Bobby Kennedy and the Politics of Timeliness


American politics is littered with “sure-bet” candidates who for any number of reasons never ascended to presidential glory.

Some were revealed as under-vetted rascals, eliminated from contention by their own secret excesses; some proved hollow on the issues, ultimately more style than substance; others were taken unawares by a fickle, madcap, “Dewey Defeats Truman” electorate that polled one way but voted another.

And one was shot dead.

Had he survived unto old age, Bobby Kennedy would’ve turned 90 in November. Gone but not forgotten, his murder at the hand of an assassin bent on avenging Kennedy’s support for Israel during the 1967 Six-Day War remains one of liberalism’s most grievous moments in time.

And perhaps one of the most portentous.

It should be noted in advance even the most credible speculation about an RFK administration is at best a series of educated guesses; for as with other progressives in his era, Kennedy teetered between unbridled optimism and somber sentience for perils at home and abroad: Vietnam; Soviet relations; nuclear arms proliferation; racism; sexism; poverty; campus and urban unrest.

But while we’re bereft for many absolute certainties about a second Kennedy's presidency, RFK’s confidants, contemporaries and biographers have reached consensus on at least three:

1. Kennedy would have ended the conflict in Vietnam in short order, sparing as many as 38,000 American lives and saving billions of dollars for domestic programs;

2. An already fractured nation would have been spared the trauma and embarrassment of Watergate – our “long national nightmare”;

3. If elected for a second term, Kennedy would have put before Congress the names of not one but five Supreme Court justices, shifting the ideology of the Judiciary for decades to come.

4. Given reality and the passing of time, Bobby Kennedy’s “would-have” alternate presidential universe may strike younger generations as more pipe-dream ruminations from their liberal but fogyish tribal elders.

And that’s partly so. But it’s also true those progressives that experienced Bobby Kennedy's short-lived presidential campaign in real time were imprinted with something in short supply in today’s Democratic Party, and try as we might we can't let go: hope in the form of the right person at the right time.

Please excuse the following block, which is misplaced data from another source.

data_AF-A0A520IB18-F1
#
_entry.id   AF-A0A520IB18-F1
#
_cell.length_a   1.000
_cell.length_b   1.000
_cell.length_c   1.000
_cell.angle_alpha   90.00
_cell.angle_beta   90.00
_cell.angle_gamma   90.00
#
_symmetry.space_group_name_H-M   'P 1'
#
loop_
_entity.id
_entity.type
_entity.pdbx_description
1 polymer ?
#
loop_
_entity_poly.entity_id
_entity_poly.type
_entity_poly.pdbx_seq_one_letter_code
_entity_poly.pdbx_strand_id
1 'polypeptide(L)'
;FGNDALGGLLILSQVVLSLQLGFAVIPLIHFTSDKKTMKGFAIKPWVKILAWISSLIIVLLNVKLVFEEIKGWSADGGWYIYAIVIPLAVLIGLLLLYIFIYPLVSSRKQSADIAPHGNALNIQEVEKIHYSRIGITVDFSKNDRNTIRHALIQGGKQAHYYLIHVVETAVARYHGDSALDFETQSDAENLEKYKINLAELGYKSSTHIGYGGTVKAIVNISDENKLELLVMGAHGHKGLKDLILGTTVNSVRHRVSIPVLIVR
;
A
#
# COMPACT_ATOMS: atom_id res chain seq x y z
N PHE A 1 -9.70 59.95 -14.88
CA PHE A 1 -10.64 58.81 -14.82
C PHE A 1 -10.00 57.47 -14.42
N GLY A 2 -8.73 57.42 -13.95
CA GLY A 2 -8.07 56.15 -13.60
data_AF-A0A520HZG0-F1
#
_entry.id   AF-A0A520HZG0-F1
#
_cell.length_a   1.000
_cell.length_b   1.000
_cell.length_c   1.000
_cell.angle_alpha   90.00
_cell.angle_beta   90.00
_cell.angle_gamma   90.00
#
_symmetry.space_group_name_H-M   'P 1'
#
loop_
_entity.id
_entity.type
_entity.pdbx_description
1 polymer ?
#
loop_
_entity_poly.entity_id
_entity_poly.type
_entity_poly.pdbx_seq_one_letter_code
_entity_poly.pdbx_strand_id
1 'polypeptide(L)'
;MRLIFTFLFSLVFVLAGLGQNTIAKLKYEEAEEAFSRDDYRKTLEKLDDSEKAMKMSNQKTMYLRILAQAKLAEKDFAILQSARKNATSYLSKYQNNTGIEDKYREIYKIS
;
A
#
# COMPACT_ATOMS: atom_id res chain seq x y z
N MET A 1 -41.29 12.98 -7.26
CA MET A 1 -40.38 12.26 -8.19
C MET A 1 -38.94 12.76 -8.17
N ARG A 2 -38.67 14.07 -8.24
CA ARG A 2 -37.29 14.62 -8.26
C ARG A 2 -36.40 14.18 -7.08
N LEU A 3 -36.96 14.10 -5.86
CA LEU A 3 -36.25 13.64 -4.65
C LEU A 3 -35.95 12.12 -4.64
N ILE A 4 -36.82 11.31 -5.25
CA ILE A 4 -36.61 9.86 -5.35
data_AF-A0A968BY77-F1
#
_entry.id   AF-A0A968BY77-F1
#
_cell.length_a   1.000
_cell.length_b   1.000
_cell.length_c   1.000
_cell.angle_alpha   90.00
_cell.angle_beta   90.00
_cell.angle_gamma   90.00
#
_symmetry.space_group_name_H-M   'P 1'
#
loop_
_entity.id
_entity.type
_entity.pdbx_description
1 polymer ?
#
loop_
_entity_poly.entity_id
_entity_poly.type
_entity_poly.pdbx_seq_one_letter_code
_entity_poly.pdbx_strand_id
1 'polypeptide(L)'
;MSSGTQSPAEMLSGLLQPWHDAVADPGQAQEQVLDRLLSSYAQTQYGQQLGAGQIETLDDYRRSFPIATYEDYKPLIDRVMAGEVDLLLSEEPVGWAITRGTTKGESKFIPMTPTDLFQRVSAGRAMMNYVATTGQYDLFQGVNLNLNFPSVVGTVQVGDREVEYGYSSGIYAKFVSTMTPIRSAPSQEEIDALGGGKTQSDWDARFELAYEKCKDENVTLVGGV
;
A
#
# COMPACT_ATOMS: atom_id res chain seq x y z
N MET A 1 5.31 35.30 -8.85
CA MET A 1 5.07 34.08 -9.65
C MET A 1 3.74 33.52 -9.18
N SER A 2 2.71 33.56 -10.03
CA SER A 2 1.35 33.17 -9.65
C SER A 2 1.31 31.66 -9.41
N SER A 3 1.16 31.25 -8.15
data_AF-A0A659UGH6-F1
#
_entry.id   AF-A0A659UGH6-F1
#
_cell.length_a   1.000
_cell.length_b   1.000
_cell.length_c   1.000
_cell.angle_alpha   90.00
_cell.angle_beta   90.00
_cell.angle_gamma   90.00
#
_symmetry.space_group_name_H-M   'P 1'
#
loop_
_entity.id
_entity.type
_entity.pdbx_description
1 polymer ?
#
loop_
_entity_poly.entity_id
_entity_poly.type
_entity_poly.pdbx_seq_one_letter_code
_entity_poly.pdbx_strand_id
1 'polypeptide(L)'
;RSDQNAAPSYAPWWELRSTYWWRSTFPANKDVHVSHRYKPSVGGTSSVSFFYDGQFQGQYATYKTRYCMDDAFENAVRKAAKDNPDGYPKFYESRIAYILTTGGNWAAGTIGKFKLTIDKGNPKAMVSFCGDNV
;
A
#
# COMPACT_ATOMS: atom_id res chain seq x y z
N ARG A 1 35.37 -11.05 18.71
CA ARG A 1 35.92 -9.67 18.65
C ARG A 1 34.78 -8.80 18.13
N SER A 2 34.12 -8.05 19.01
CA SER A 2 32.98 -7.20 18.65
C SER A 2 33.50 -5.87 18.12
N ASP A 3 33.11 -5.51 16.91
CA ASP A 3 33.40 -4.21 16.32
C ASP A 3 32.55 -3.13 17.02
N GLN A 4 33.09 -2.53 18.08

Not a savior but a guide. Not a martyr to the cause but a champion for the right.

In a June 2008 Huffington Post article written at the 40th anniversary of Kennedy's assassination, columnist Blake Fleetwood describes RFK's politics of timeliness:

“Kennedy was the perfect messenger, the royal heir, who could bridge the divide between the old world and the newly emerging one. He had strong ties to the traditional Democratic Party machine that had elected his brother and yet, was able to harness the energy, anger and hope that the post-WW II generation – the largest ever – was producing...

“[But] we were cheated out of the chance to see how his ideas and dreams would have played out. RFK was not a perfect man, none of us is, but he was the right man at the right time...”

Boomer nostalgia aside, there can be no more Bobby Kennedys, no more 1968. But today’s progressives can be glad that in his second term this president has channeled something of Bobby Kennedy's sense of timeliness, sparking at least for now a palpable sense of urgency too long missing from the party he cherished and served.

Don Rollins is a Unitarian Universalist minister and substance abuse counselor living in Jackson, Ohio. Email donaldlrollins@

From The Progressive Populist, December 1, 2015

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